Kanye West Vs. 50 Cent


Published: September 27, 2007

By Andrew Gnerre, Asst. Arts and Culture Editor

Kanye West would be disgusted that we are only spending 100 words on his new album, “Graduation.” If he had his way, we would co-opt the space taken up by the 50 Cent review and talk more about those white, slitted glasses he wears and how his third album is really, really good. And maybe we should, because honestly, “Graduation” is his best effort to date. Finally, West has made a complete album. He has decided to drop those sophomoric skits (Get it? Sophomoric? With that whole school theme he does?) that littered the monstrous track lists of his previous two records and incorporate a cohesive sound throughout. This ominous, Euro-synth sound that persists throughout really strengthens the album because, as The Dude would say, “It really ties the room together.”  The result is an album that’s as subtle as a Kanye West album can be; one that is better suited for headphone listening than party speakers.


By Luke Teegarden, Arts and Culture Editor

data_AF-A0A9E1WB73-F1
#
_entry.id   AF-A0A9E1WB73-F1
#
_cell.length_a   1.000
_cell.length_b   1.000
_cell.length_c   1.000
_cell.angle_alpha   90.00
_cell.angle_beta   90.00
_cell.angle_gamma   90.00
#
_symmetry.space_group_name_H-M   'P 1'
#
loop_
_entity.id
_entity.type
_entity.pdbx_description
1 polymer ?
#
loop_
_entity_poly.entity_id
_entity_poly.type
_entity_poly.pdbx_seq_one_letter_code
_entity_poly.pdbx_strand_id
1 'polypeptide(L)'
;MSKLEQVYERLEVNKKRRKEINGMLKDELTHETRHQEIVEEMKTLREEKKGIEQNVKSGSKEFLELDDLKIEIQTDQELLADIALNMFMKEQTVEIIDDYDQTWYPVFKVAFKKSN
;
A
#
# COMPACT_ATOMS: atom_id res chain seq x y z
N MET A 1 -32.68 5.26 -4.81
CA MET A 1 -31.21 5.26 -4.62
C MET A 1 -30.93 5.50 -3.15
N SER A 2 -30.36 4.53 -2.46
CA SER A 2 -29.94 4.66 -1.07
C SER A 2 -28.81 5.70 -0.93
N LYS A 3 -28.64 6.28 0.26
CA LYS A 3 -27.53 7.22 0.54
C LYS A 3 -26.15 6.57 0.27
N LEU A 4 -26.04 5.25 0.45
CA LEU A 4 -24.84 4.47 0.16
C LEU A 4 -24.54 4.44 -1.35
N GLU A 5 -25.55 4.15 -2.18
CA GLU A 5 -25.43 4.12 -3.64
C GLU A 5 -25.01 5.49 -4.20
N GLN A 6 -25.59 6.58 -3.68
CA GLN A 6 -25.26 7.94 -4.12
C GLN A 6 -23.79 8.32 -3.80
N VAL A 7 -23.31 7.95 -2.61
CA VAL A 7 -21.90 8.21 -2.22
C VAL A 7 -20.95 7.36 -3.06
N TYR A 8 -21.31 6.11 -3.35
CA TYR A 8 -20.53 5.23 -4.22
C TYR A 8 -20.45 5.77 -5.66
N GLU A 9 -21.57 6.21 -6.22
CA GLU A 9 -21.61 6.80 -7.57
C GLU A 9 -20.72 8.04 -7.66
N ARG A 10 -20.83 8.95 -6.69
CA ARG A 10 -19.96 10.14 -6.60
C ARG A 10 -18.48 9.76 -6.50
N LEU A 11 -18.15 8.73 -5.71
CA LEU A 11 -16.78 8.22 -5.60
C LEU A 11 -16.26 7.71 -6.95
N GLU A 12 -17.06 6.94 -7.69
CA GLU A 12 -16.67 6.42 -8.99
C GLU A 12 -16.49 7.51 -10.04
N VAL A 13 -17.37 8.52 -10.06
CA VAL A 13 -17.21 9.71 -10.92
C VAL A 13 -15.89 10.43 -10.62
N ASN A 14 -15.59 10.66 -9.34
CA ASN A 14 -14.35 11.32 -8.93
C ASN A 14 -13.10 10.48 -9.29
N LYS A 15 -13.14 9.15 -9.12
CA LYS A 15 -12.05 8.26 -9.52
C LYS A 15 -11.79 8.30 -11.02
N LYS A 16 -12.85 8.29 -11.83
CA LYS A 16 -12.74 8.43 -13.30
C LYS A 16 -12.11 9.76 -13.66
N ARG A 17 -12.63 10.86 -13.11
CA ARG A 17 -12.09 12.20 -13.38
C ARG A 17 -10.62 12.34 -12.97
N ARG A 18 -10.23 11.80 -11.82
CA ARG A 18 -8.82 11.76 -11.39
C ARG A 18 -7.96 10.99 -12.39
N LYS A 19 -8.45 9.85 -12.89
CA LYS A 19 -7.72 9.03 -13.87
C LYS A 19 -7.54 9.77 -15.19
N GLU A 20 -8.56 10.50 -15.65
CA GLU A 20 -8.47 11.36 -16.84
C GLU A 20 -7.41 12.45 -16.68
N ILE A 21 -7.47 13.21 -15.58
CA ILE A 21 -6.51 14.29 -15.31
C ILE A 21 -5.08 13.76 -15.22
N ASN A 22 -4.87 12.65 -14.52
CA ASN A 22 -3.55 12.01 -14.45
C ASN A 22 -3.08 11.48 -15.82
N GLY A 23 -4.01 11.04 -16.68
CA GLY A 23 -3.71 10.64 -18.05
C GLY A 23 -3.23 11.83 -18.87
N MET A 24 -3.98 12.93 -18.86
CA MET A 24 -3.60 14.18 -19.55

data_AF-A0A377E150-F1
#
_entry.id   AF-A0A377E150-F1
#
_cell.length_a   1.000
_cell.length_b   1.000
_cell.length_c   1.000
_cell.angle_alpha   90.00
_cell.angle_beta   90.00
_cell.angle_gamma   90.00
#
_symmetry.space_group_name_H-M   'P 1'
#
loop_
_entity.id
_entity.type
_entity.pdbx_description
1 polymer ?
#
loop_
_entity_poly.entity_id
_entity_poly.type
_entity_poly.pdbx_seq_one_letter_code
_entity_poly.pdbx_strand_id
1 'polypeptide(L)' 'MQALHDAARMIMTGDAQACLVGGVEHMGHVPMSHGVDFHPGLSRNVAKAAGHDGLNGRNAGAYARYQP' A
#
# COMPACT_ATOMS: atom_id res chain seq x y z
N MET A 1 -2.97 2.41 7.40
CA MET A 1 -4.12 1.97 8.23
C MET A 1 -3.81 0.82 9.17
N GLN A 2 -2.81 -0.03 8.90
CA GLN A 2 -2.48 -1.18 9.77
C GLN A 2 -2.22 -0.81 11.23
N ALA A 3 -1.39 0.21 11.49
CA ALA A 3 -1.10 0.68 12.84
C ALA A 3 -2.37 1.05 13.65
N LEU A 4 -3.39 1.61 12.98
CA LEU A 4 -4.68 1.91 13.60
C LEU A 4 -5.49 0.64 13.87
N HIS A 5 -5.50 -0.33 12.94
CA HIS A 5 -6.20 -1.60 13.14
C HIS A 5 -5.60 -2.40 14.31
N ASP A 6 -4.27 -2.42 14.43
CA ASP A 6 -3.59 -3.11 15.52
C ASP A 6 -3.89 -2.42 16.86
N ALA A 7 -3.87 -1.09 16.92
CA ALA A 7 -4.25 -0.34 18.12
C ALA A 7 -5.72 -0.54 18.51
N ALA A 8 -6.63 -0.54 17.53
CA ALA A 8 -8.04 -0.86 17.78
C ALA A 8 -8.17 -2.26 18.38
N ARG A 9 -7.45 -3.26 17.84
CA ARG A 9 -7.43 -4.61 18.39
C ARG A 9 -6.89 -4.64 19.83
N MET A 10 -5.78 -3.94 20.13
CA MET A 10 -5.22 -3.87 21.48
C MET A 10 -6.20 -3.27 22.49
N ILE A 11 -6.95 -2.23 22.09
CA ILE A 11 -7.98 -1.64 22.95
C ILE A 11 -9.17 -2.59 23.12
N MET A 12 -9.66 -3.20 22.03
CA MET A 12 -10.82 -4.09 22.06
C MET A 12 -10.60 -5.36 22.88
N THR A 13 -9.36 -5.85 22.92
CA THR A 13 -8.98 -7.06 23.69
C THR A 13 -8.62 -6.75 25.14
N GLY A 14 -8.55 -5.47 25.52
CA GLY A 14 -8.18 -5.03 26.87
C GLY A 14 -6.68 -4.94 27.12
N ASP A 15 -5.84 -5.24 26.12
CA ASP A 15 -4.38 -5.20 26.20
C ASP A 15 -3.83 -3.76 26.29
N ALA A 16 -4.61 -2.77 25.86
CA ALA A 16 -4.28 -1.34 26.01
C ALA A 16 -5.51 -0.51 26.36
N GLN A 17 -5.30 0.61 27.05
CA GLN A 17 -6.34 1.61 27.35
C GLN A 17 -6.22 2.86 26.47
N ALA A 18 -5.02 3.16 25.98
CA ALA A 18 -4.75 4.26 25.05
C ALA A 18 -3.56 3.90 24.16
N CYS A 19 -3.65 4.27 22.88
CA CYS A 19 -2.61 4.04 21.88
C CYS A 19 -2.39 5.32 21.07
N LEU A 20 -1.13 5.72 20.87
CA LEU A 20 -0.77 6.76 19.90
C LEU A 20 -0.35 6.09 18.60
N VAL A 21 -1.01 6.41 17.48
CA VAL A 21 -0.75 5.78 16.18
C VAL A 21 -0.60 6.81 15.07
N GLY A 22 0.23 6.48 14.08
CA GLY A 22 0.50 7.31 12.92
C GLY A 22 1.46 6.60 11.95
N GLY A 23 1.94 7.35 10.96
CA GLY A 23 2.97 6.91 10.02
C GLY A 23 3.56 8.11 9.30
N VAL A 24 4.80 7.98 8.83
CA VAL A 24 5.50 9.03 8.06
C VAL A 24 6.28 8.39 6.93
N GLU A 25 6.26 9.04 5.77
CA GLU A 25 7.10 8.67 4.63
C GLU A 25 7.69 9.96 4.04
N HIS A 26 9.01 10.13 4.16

By contrast to Kanye’s glorious contribution to contemporary hip-hop, 50 Cent’s equally-anticipated “counterpart” release, is best suited for background party filler. “Curtis” feels brutally redundant—yeah 50, we know you sold rocks, shot dudes and that snitching is still taboo. Curtis Jackson is stuck in a watered-down gangsta rap rut, and despite having heaps of production money at his fingertips, he can’t seem to escape that boring club-fuzz sound that’s long been a speck in reputable hip-hop’s rearview mirror. That being said, “Curtis” isn’t a complete waste of time. The always-professional Timbaland bails him out for one track with “Ayo Technology” and the emotive “Follow My Lead” contains the album’s creamiest line, “You could be my Beyonce, I’ll be your Jay.” Still, these standouts are obvious red herrings—I’ve always said that 50 Cent’s got no flow and “Curtis” is irrefutable evidence of that.